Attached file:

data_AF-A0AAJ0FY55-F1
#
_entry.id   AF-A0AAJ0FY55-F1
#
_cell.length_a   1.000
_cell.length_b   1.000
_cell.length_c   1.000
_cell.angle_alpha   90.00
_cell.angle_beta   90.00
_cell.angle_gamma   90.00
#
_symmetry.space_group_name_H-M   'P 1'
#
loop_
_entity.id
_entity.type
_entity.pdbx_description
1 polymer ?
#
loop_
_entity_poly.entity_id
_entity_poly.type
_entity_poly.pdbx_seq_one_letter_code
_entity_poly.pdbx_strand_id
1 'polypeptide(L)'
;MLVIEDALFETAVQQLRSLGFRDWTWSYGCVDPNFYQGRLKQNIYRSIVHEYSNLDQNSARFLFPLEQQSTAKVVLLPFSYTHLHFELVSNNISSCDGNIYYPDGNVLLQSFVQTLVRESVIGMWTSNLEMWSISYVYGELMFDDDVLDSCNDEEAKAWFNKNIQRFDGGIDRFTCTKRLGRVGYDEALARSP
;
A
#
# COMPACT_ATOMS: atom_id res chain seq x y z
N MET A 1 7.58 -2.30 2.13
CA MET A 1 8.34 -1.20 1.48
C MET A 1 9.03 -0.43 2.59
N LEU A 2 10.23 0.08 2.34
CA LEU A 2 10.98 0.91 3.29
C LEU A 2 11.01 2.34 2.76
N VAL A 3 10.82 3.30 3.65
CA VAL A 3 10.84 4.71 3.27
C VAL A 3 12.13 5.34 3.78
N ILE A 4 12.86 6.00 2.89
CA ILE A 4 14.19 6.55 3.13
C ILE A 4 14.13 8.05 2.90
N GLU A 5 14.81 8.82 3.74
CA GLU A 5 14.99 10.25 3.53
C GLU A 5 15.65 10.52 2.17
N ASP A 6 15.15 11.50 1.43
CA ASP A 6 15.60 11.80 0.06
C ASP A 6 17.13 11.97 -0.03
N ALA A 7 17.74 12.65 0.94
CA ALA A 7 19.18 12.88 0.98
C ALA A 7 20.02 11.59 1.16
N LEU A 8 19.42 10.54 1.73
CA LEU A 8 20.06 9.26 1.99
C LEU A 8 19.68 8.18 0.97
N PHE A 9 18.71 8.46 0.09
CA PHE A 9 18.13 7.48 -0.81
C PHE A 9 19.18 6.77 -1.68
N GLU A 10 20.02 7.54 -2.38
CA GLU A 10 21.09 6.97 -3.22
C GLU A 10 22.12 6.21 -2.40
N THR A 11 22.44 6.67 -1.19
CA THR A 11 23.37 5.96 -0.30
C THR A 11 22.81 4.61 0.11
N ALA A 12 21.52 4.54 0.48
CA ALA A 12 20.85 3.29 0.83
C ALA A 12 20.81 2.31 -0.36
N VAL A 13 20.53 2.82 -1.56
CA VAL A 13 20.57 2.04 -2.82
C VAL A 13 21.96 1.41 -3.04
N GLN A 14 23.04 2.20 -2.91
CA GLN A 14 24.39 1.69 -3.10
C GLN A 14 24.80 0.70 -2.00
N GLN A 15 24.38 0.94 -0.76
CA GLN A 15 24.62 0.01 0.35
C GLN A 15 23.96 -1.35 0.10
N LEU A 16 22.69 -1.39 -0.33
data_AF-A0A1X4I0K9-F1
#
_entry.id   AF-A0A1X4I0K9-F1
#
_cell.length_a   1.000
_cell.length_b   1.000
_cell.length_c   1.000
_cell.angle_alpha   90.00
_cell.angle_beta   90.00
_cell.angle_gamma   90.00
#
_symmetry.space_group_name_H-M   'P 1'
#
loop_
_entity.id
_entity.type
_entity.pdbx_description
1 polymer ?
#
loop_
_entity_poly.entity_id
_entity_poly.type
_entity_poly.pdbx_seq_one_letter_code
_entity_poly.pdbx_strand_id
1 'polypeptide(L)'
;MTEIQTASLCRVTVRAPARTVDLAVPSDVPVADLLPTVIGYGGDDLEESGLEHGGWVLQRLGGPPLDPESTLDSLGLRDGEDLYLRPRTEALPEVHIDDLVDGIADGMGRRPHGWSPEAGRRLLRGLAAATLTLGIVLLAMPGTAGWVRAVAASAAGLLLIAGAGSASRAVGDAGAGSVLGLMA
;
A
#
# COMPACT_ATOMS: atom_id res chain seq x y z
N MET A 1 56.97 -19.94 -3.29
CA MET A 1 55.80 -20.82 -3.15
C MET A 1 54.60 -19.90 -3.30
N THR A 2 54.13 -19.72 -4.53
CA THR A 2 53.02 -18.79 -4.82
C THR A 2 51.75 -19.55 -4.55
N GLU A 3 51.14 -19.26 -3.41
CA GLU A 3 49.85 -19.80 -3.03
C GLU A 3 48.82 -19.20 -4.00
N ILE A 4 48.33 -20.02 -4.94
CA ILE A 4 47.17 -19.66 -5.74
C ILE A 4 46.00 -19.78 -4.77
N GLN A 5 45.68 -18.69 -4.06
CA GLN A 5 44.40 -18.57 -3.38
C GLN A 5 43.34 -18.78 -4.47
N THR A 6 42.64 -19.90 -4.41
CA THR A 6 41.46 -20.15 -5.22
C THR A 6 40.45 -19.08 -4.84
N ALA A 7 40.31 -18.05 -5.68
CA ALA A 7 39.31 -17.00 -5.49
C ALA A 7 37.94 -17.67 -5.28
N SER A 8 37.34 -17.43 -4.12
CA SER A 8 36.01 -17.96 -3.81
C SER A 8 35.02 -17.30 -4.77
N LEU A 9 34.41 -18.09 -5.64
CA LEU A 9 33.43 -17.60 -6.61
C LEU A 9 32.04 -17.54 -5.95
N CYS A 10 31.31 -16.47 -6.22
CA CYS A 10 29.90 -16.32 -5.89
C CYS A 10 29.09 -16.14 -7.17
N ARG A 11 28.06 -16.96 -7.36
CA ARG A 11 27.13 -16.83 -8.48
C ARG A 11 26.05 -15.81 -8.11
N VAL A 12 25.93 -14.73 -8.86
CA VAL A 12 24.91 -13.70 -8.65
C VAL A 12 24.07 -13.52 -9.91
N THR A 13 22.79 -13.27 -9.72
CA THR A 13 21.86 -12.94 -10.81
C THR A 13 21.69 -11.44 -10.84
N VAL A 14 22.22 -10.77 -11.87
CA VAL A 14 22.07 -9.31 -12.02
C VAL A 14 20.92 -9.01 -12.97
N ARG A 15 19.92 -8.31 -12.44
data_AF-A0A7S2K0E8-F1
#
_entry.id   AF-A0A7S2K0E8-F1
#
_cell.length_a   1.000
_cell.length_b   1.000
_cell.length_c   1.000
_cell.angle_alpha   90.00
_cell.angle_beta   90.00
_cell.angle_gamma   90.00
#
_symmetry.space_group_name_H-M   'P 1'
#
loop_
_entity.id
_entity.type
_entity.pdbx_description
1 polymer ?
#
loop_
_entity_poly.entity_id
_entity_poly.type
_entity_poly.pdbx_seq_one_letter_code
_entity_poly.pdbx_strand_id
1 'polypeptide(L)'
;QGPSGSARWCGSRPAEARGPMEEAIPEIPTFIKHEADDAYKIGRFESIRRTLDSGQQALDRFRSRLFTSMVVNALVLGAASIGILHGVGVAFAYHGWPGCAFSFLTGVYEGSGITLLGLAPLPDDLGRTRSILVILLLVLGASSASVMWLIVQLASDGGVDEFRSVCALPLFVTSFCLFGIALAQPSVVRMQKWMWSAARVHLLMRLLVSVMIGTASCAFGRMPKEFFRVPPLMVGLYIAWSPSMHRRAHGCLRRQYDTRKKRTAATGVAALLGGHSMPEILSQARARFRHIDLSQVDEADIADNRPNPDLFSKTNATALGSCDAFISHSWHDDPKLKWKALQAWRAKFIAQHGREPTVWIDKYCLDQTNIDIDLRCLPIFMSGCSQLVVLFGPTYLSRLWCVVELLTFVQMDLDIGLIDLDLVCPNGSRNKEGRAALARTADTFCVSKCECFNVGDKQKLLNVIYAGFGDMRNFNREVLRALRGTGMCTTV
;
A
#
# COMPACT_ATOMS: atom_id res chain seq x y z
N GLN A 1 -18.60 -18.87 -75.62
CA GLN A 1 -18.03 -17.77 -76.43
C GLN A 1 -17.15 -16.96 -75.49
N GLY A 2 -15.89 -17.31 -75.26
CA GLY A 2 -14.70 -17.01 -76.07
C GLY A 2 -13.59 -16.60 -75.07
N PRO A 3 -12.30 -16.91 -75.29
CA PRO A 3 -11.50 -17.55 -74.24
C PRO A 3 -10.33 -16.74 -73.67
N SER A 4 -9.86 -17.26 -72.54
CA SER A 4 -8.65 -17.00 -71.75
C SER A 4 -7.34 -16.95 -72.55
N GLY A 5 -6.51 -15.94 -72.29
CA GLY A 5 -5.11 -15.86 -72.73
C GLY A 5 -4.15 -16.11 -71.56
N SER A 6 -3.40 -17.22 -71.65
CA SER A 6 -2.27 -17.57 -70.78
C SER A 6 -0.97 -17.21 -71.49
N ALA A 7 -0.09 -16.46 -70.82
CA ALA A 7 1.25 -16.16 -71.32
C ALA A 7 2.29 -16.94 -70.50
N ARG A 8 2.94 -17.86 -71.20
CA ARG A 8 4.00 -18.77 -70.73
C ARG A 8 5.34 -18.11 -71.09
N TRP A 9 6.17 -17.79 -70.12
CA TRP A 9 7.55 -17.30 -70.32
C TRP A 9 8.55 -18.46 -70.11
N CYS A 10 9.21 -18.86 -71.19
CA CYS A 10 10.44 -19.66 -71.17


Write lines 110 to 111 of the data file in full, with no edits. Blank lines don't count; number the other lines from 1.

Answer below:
N THR A 2 54.13 -19.72 -4.53
CA THR A 2 53.02 -18.79 -4.82